Lake Atitlán has long been a shimmering gem in Guatemala’s tourism crown. Central America’s deepest lake sits at a cool 1,562m altitude, giving it a glorious, springlike climate all year round, clear air promising extraordinary views of the volcanoes around its shores. The surrounding Mayan villages are as much of a tourist draw as the lake itself, with regular craft and livestock markets, family homestays, weaving workshops and traditional cuisine completing the picture.

Yet for a number of years now, Lake Atitlán has not quite been the unspoiled paradise it appears to be. A lack of wastewater treatment plants in the region means that sewage is discharged into its waters, while the surrounding farmland has created a concentration of pesticides and fertilisers which run into the lake with each bout of rain. It has become a fertile environment for bacteria – most notably cyanobacteria, which was discovered in Lake Atitlán in 2009. While harmless in low quantities, the concentrations seen in the lake are dangerous to both humans and animals, resulting in skin conditions, liver and kidney disease, and affecting the central nervous system. Fishermen who spend time in the lake are returning with skin rashes, and livelihoods are being destroyed as consumers question whether the fish is safe to eat.

In addition, trees are being cut down and the wood used by local residents to heat food and homes. This has sped up erosion and increased the risk of landslides in this hilly landscape. Bare soil is also being washed into the lake, depleting soil fertility and introducing nutrients into the water which further feed the bacteria.

There is no shortage of organisations battling to clean up Lake Atitlán, from residents associations and small NGOs to international partnerships between governments. Some efforts have been successful – such as the removal of five community landfills (some illegal) close to the lake as part of a successful initiative by German activist and longtime resident Jürgen Katt. Other problems are trickier to solve as they are self perpetuating; a loss of income from fishing and other livelihoods increases poverty levels, and encourages children to drop out of school as they support their families. In many cases, small businesses have been advised to install wastewater treatment facilities, but the costs are far beyond the reach of anyone on a local salary. Without government support, the costs will not be met.

What you can do
It’s impossible not to contribute to the pollution issues if staying around Lake Atitlán, but you can at least minimise your impact, and support those who are campaigning and working to stop the pollution.

Try not to buy goods packaged in plastic, and if you do, take it with you to somewhere it can be disposed of properly; your guide or tour leader should be able to advise. It is not safe to drink the tap water in Guatemala, but buying large bottles of water and decanting into a smaller drinking bottle will reduce the amount of plastic waste. Even better, invest in a LifeStraw or similar filtration system, meaning you don’t need to use any plastic bottles at all.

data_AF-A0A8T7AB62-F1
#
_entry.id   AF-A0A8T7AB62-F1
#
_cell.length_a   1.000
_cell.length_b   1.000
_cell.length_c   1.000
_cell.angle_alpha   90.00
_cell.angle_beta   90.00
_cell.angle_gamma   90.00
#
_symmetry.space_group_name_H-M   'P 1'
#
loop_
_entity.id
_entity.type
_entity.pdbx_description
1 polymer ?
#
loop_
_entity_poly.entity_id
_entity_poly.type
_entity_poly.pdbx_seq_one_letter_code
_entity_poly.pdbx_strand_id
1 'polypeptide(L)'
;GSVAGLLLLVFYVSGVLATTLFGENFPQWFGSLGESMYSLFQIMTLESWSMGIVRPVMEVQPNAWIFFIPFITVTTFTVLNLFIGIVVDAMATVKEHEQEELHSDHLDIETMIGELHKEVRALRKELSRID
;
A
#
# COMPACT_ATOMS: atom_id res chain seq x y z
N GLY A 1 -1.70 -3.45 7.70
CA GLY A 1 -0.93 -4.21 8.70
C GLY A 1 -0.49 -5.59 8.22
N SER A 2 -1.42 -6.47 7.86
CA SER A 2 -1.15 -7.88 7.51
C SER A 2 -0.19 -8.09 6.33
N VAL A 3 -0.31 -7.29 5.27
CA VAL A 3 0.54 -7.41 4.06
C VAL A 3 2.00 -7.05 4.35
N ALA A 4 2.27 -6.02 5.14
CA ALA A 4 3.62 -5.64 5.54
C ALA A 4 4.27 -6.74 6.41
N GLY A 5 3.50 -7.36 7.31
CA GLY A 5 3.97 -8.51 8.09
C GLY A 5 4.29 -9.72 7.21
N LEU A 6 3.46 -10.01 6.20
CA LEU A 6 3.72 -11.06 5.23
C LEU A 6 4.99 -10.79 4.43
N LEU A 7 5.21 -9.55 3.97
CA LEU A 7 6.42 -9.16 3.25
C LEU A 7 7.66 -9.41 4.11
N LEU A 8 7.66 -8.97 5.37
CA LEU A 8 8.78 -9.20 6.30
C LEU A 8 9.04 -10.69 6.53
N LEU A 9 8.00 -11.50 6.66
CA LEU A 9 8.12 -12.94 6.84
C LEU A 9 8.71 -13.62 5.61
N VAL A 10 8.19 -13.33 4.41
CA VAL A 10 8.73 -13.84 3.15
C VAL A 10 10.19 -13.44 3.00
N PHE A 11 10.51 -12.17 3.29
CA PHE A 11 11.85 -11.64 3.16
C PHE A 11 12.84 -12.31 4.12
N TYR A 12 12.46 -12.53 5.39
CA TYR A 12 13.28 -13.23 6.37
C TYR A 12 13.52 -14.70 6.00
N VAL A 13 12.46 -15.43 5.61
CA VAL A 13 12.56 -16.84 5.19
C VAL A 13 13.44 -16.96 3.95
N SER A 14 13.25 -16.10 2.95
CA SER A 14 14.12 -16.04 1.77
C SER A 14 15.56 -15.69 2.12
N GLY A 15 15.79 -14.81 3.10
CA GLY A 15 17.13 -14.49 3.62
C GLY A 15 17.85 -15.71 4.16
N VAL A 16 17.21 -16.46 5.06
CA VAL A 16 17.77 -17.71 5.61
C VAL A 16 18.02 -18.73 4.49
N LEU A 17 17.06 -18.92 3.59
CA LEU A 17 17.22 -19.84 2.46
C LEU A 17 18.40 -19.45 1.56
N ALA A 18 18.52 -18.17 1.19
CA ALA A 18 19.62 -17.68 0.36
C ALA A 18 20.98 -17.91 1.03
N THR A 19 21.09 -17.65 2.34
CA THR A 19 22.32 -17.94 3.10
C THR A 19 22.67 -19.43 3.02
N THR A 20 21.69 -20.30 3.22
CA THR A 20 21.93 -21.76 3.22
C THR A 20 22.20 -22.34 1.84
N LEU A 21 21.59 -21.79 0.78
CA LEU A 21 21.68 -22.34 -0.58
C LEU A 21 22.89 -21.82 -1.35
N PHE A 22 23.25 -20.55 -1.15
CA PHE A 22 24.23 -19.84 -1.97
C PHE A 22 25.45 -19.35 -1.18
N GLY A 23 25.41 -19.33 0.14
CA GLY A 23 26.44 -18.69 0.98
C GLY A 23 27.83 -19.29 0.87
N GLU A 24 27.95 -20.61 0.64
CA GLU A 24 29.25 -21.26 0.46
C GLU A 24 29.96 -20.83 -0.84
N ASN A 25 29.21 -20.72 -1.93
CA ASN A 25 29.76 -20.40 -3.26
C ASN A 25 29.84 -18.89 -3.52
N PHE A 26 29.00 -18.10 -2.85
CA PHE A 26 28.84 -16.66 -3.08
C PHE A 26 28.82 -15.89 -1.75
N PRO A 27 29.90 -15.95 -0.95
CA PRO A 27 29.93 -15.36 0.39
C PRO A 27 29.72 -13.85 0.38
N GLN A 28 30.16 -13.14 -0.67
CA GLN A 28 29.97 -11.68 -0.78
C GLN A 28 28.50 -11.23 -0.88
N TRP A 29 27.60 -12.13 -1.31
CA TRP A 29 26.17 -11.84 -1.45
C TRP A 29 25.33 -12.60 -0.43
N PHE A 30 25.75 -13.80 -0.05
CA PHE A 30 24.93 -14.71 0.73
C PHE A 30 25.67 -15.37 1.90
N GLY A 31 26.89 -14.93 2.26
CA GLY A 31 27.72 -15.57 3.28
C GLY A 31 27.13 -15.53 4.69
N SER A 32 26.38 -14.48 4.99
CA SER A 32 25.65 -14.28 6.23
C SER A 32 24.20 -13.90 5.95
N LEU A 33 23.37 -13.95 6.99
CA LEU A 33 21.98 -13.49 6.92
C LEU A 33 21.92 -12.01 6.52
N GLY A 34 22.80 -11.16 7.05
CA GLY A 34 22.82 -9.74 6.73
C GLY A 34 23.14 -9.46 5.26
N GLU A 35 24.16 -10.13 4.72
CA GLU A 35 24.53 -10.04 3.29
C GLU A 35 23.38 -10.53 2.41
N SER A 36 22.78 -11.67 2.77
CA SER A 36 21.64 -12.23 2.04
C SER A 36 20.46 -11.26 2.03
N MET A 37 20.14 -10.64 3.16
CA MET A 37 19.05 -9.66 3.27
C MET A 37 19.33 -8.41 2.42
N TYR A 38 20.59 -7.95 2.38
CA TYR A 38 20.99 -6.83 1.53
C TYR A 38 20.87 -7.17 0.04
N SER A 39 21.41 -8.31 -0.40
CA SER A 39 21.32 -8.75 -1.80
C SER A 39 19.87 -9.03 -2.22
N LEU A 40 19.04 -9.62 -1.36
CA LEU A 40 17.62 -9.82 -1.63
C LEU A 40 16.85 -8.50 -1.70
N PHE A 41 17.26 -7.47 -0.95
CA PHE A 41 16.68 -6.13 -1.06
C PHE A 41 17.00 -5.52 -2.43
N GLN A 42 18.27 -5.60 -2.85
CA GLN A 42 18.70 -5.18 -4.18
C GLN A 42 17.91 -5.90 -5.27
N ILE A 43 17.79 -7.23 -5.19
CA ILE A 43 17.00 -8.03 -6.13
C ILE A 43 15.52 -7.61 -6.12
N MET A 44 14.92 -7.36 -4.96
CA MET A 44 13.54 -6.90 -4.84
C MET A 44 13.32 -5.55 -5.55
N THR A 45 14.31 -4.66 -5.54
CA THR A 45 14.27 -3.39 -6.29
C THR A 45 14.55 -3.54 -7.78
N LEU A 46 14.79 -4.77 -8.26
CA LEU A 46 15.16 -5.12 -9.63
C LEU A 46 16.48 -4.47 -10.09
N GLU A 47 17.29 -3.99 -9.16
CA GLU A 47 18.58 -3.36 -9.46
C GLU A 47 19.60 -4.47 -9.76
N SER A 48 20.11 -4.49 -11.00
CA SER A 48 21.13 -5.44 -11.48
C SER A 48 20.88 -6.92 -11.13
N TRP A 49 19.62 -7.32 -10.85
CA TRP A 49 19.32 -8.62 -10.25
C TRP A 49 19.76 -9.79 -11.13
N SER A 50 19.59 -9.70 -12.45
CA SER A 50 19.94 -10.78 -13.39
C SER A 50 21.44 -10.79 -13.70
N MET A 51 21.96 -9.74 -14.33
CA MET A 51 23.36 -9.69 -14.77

Supporting community based tourism here will support local communities – many of whom may be struggling to make ends meet if they are no longer able to sell fish. It also encourages communities to protect their environment as they see the value of tourism in the region – and the benefits of keeping their landscape and lake as unspoiled as possible.

Finally, some locally run trekking companies and Spanish schools put their profits into environmental protection – raising awareness amongst community members, particularly in local schools, and funding tree planting projects around the lake. Chat to your vacation company if you are interested in supporting these projects.

Responsible tourism tips

Travel better in Guatemala

  • Guatemala is a largely traditional and conservative country. Low cut tops, short skirts and shorts should be avoided when visiting local communities, and it’s advised to cover up if entering churches.
  • Mayan culture is colourful and unbelievably photogenic – but resist the urge to take photos of people and their crafts without first asking permission. Better still, have a chat with them – learn their names, share a story – and then ask if you can take a photo. If they say yes, you have a nice story to go with it. And if they say no, at least you have learned a little about local culture.
  • Do not hand out sweets, pens or other gifts to children. This encourages begging, as well as the idea that tourists are there to offer hand outs. There is a lot of poverty here, but the best thing you can do is speak to your tour leader to find out if you can donate to a school or nursery, and deliver items directly to the head teacher. If possible, buy items such as pencils, notebooks or textbooks while in Guatemala to support local traders.
  • Jade, or specifically jadeite, was the precious and sacred stone of the Mayan people, and today it is one of the world’s most precious gemstones. Guatemala and Belize are jade central, and they contain many ancient burial sites, where people would have been bedecked and protected by jade jewellery and carved ornaments. However, these are often looted. Although the policing of these sites is improving, many are still open to abuse. So always beware if ‘ancient’ jade is on offer. You can still buy it in various forms, but make sure it is from a licensed dealer and with a certificate of authenticity. In fact, most jewellery is made from nephrite rather than the super valuable jadeite these days.
  • Do not buy any items which have been made from endangered animal parts, including tortoiseshell, exotic feathers etc. As well as being environmentally damaging, they are also often illegal – and will be confiscated when you leave the country.
  • Learning a bit of Spanish is great – but if you can learn a few greetings, or “thank you”, in the local Mayan dialects, you will be rewarded by smiles. This is a great way to break the ice, especially during a homestay.
Photo credits: [Guatemala City poverty: Sam Leppanen] [Homestay: Tom Pratt] [Lake Atitlan: Colin Meusel]
Written by Vicki Brown